A Northern Virginia physician was convicted yesterday of performing an illegal abortion on a 17-year-old high school student who later delivered a dead, 22-week-old male fetus in a Springfield motel room.
Dr. Chris Simopoulos, a 42-year-old Greek immigrant, became the first person to be found guilty of abortion charges in Fairfax County since the 1973 Supreme Court ruling that limited the powers of states to restrict the operations.
Circuit Court Judge F. Bruce Bach announced his verdict in the case without comment immediately after the defense and prosecution completed their closing arguments. Both sides had waived presenting the emotion-charged case to a jury and agreed to have the judge rule on it.
Simopoulos is one of only about 10 physicians in the entire country and apparently the first in Virginia to be proscuted on illegal abortion charges since the high court's ruling, according to defense lawyer Roy Lucas, a prominent proabortion attorney.
Simopoulos could receive up to 10 years in prison for the felony conviction.
His lawyer, in asking that he not be sent to prison, called on Bach to give him a suspended sentence. Simopoulos can also expect a disciplinary review by the Virginia State Medical Board that could lead to the lifting of his physician's license. But his lawyers said they expect the board to withhold action until his appeals of yesterday's conviction are completed.
Simopoulos, who has practiced in Northern Virginia for nearly 10 years, showed no emotion when the verdict was announced. He later told reporters that he was "relieved" the trial was over and was confident he will win on appeal.
"We beleive we have good, strong constitutional arguments," Simopoulos said, as he rested against a courtroom table after the trial. "There's not a shred of doubt in our minds that the ruling will be overturned on appeal."
Simopoulos, who has offices in Woodbebridge and Falls Church, was convicted of violating a Virginia law that requires performing second-trimester abortions -- those done after the 13th week of pregnancy -- in a hospital. The prosecution said he performed the abortion on the girl at his American Women's Clinic in Falls Church last November by injecting her with salt solution. The girl, then a high school junior, was five months pregnant at the time.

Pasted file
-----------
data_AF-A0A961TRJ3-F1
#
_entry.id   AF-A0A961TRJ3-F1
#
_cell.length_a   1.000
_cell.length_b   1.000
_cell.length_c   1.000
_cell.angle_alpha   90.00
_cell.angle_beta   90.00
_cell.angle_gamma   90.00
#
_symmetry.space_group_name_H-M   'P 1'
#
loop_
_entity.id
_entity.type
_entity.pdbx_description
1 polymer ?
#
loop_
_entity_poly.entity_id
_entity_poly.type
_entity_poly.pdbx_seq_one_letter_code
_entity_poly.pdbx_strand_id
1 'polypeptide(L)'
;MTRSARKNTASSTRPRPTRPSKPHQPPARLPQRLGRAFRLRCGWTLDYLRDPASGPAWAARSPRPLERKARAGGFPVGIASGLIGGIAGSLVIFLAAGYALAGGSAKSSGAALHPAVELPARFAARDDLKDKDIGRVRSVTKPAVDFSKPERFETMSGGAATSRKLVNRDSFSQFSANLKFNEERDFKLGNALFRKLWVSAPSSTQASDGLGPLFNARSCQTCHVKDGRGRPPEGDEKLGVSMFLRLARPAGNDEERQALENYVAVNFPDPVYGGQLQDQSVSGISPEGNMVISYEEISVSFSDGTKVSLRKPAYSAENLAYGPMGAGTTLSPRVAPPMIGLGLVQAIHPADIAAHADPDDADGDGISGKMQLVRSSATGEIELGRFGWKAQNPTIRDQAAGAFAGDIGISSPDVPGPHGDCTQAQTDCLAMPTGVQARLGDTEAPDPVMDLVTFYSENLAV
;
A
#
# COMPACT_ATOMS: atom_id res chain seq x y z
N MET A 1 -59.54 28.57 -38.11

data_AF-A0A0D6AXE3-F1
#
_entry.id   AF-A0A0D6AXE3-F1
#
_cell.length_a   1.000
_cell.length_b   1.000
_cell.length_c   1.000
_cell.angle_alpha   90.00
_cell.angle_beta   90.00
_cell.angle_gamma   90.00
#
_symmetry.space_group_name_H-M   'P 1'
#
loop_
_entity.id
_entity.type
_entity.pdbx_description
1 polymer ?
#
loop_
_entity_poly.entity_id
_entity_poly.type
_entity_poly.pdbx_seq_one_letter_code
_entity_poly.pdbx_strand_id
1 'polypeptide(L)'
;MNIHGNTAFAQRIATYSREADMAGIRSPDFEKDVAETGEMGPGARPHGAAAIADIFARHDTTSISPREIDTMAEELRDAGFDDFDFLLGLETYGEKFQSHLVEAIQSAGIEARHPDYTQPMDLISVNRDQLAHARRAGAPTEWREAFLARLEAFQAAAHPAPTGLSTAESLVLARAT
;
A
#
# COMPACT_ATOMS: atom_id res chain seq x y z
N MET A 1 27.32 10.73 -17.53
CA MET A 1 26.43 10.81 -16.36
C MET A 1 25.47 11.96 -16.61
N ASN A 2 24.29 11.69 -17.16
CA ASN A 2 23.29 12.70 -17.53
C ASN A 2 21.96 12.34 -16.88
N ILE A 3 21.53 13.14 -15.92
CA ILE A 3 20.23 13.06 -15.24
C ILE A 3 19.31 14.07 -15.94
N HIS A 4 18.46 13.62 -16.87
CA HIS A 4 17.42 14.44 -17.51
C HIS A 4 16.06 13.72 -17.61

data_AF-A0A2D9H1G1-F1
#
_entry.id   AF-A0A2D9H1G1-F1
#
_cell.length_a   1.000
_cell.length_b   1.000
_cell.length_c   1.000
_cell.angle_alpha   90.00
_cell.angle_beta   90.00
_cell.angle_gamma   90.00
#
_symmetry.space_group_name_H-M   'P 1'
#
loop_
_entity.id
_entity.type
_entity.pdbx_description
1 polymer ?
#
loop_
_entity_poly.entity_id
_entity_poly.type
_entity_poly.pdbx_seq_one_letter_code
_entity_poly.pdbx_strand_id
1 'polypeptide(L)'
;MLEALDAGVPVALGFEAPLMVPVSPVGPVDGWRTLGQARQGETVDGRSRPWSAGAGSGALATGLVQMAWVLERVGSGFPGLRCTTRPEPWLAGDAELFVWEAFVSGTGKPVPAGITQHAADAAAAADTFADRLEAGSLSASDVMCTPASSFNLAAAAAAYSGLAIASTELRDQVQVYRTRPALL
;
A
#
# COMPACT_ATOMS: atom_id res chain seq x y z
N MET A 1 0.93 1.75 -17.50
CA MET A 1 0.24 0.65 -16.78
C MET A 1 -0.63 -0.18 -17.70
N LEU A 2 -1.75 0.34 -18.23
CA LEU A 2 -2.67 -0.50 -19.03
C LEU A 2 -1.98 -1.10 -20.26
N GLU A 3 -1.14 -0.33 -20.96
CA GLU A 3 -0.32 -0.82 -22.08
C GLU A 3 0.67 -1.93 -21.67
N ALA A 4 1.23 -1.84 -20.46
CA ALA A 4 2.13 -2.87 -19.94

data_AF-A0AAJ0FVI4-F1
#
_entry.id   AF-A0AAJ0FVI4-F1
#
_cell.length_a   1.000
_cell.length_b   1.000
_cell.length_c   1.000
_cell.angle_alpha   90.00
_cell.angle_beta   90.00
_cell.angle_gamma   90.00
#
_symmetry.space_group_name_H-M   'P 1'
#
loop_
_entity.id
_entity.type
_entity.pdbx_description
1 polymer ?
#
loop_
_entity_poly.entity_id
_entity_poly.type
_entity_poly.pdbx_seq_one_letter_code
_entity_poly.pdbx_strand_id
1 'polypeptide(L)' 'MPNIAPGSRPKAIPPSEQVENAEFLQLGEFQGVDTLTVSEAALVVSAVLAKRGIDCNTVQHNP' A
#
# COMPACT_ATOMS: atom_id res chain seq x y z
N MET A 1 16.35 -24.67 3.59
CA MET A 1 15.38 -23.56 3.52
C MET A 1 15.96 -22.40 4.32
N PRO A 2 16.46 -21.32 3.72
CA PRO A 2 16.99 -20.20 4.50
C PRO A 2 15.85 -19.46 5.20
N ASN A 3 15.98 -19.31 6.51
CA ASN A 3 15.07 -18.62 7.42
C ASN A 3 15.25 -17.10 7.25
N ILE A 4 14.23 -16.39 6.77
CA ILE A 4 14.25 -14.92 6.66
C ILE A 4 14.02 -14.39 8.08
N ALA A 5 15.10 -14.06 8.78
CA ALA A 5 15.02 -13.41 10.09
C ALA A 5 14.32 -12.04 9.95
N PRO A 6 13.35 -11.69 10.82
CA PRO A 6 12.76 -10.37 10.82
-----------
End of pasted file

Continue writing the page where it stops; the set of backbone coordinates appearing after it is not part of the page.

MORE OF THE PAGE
The defense, in strongly attacking the Virginia abortion law, argued that the hospitalization requirement for second-trimester abortions unconstitutionaly restricts the ability of minors to obtain abortions.
Defense doctors testified that it is safe and medically acceptable to inject the salt solution used in the abortion in patients outside the hospital, to allow them to wait labor pains at home, and to have them come into the hospital for delivery of the fetus.
The defense also produced evidence that Alexandria Hospital and Fairfax Hospital are the only two hospitals in Northern Virginia that perform second-trimester abortions and that both require parental consent for minors.
The girl testified that she was afraid to tell her parents about her pregnancy.
The courts have ruled that minors are not required to get their parents' consent for abortions, and the defense argued that the hospital rules in effect made it possible for the girl to receive the injection there, the defense said. Defense lawyers also contended that the mere injection of the salt solution did not constitute an abortion, which they said occurs only upon the actual delivery of the fetus.
Simopoulos testified he was unaware of the hospital requirement for second second-trimester abortions. He committed "at worst a technical unintentional violation." Lucas said in his closing argument. The lawyer said Simopoulos intended for the girl to deliver the fetus in Fairfax Hospital's emergency room, which could not refuse to treat her once she went into labor.
Prosecutor Robert F. Horan Jr., i n his closing argument, said the evidence showed that Simopoulos performed the abortion outside the hospital when he injected the girl with the salt solution.
"He terminated this pregnancy outside of a hospital," Horan argued. "All the window dressing about what he thought the law meant . . . or whether he agrees with it is quite beside the point." The death of that child was caused by the actions of" Simopoulos, Horan said.
Lucas and Horan clashed repeatedly over the prosecutor's repeated description of the dead fetus as an "unborn child" and "the body." "The state's trying to make this look like a murder case," Lucas charged. "This isn't a right-to-life rally."